My English teacher is native Croatian but she studied English in Oxford. And they don't really grade me down because of American English, but because I'm inconsistent. Plus we will have to do the First and Advanced Exams during our school year, which are standardized proficiency tests in BE, so it only makes sense they try to keep us "pure". We have two native Americans (as in, native to america, not indios) in my class, they're excused but unlike me they also use the language consistently.
Also, that idiom is unknown to me. Explain?
It's sort of like saying "Join us in the real world", but not quite as blunt, heh.
Anyway, I don't mean to be sarcastic or anything, it's just that I jumped back and forth between American and British schools all my life, and apart from having a superficial understanding of the different words and spellings, I can't really differentiate in my head where one ends and the other begins. If I can't do this myself, how can you or anyone else for that matter be expected to do better?
The thing is, I find the push pull between American and British English tragically comical. It's like watching two pensioners fight over a seat on the bus, it would be hilarious if it wasn't sad to watch. I think people sometimes need to be reminded how completely rubbish the likes of Chaucer and Shakespeare were at consistent spelling, so that they can consider the possibility that it might just not be the most important thing in the world to have petty squabbles about.
Nicely put my friend, nicely put ;)
I would share my opinion with your teachers if you get the opportunity though. If you can do it without ruffling feathers that is. Examiners might be sticklers for detail, but people you meet in the real world... less so. "Good English" is just a label that can be applied to any English that is easy to understand. Music, Television and the Internet have all been massive factors in blasting away the barriers between English dialects in the last 100 years anyway, and good riddance to them, now we can get on with our lives. We haven't lost anything at all, we can still talk the way we choose to, but we've gained the ability to understand one another better. We should be worrying about how shockingly bad we are at foreign languages instead of nitpicking the inconsequential differences in our own, especially considering that no one really cares except ourselves.
Haha, same with me, same story everything! (and almost the same with nationalities you enlisted at the end)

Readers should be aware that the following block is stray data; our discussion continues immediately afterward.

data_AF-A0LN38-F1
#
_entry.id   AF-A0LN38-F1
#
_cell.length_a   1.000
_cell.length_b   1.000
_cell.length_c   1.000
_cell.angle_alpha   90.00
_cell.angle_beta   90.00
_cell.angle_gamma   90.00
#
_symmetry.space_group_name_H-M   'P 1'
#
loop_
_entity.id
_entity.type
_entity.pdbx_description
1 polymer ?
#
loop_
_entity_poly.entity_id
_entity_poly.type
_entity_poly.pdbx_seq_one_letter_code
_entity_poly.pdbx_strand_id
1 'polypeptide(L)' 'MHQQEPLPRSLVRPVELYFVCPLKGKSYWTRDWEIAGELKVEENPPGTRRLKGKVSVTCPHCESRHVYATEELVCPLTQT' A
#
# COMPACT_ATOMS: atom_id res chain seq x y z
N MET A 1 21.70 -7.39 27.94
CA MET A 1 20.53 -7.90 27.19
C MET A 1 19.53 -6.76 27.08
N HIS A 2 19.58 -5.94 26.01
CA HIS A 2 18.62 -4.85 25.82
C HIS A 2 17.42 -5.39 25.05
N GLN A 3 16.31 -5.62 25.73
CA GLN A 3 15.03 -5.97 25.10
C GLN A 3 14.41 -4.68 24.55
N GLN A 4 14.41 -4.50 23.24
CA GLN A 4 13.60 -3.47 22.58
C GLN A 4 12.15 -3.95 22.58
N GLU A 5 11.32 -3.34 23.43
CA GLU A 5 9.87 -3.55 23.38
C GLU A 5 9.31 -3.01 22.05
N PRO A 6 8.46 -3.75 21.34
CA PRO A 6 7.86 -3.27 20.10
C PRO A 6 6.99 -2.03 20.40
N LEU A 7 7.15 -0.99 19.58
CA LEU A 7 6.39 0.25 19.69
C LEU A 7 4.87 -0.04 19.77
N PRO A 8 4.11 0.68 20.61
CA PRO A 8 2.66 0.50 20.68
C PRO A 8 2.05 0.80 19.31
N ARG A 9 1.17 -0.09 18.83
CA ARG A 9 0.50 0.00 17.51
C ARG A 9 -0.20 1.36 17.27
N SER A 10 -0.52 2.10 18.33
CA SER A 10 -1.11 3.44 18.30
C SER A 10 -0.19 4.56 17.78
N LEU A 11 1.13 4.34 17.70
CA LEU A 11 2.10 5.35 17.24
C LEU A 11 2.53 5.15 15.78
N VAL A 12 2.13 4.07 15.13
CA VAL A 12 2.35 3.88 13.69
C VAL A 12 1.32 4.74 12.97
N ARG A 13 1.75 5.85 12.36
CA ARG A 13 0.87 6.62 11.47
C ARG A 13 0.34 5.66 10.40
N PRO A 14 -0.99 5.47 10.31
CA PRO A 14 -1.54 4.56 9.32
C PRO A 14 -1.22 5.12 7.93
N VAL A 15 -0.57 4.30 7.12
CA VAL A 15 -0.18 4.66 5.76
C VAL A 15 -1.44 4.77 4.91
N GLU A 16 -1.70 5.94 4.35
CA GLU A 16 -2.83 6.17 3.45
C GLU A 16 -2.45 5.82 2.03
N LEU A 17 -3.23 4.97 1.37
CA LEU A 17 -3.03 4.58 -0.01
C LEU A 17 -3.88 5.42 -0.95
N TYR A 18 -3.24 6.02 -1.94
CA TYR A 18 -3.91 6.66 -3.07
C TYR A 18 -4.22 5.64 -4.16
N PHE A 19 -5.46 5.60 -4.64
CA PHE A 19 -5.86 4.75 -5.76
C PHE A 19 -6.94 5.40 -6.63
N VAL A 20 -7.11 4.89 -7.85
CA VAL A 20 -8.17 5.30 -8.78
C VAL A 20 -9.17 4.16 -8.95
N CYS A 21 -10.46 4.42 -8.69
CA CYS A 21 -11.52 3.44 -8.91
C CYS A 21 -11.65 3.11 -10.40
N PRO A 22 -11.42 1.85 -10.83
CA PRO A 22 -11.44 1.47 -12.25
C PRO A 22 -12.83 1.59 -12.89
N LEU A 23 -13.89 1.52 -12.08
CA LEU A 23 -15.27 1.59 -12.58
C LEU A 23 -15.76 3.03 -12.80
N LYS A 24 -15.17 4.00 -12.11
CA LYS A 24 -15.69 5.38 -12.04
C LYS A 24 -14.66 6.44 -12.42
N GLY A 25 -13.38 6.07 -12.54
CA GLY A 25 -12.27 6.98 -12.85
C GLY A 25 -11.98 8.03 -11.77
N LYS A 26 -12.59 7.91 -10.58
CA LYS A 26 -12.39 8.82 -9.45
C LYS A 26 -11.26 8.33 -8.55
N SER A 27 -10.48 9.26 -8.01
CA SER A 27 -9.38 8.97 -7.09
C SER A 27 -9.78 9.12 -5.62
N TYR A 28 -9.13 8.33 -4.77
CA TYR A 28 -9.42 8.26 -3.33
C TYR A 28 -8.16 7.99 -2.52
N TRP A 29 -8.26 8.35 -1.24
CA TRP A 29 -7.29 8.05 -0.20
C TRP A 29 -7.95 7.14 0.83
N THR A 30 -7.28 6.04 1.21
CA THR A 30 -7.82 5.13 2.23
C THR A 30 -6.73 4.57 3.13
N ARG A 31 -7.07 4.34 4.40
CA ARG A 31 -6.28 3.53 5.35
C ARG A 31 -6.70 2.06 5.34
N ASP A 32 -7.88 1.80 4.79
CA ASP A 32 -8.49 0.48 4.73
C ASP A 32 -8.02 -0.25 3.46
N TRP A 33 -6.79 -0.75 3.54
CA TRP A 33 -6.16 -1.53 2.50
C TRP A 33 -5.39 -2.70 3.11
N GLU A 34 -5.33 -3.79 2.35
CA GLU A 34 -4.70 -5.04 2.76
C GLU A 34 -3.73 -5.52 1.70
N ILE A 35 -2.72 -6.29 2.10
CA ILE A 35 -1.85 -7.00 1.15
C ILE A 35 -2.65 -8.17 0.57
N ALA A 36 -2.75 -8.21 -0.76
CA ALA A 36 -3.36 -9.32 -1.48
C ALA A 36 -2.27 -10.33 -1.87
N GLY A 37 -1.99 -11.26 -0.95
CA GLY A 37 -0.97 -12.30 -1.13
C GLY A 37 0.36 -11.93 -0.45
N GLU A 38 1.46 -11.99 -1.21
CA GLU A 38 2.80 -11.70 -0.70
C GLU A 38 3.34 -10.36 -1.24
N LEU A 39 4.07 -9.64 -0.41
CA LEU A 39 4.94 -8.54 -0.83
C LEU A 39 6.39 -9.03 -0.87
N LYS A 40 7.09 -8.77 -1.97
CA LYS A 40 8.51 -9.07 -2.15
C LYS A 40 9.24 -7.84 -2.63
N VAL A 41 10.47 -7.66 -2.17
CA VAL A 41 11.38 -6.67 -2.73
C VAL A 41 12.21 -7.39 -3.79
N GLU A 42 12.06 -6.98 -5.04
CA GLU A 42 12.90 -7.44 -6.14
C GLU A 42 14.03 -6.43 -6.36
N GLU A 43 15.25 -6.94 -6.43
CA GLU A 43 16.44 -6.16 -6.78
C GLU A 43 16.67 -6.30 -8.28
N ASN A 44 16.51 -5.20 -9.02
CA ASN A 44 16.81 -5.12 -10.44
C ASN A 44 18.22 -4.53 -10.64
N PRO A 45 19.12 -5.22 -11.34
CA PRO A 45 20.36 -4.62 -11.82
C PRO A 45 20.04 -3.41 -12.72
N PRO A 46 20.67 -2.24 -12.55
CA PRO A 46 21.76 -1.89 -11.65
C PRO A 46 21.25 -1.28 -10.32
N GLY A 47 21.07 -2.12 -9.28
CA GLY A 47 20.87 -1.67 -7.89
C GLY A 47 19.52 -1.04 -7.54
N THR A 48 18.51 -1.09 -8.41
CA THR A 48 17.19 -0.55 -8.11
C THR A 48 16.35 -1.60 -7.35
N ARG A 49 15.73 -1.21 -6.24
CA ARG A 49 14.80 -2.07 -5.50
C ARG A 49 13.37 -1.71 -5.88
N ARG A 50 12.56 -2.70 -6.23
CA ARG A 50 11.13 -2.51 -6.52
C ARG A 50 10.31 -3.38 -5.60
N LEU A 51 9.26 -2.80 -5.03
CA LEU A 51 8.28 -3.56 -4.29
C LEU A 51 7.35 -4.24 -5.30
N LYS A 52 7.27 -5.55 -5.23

The accent that you are describing is called a trans-Atlantic accent it is usually as a result of Americans spending time in Britain or vice versa. This was quite common during the World Wars.
Cool! Thanks for sharing! I really like the British English accent but thats probably because I have an American accent (so I just like what's different). I heard of some Brits who said they liked our accent and were kind of jealous, but I think most of them prefer their British one.
My girlfriend is learning English as a 2nd language, she's from Italy, and she really likes American English. Different strokes for different folks :P
Yes, I don't understand why the English for French tree doesn't appear here ! Otherwise, I have 11 as the level for that tree.
Personally, I prefer British English, because I feel I understand better when they talk !(lol)
I finished the English->french tree and started on the reverse tree like you. 30 days for the English tree is quite fast, did you have previous experience? It is interesting in doing the reverse tree the difference in sentence choices and words are interesting.
As I have answered to set_H I am not a beginner !(lol) I have begun the tree French to English yesterday. As I have some experience from the other, and as I had more time at this sunday (lol), I have reached the 6 level. I would like to finish it quickly to have more time to do every thing else, such as translating articles in Immersion for instance.
Do you have an account on Skype? I was hoping to find somebody to practice pronunciation with and I could do the same for you. As long as you don't mind picking up a bit of an American accent on it ;)
I hope that you all understand me. There are a lot of messages that I have to answer, so I don't have time to verify with Google traduction(lol) all what I have written.
I thank you all to spend your time to reply to my message. If there are mistakes, certainly, don't hesitate to correct me...
Bon courage ! Peut-être je vais faire la même chose quand je terminerai mes competences françaises ici.
Oui, c'est très intéressant ! Parfois, on fait des erreus dans sa propre langue. C'est rageant !(lol) On croyait la maîtriser et pourtant on fait des erreurs mais alors vraiment bêtes ! Et duolingo ne pardonne pas !!! (lol)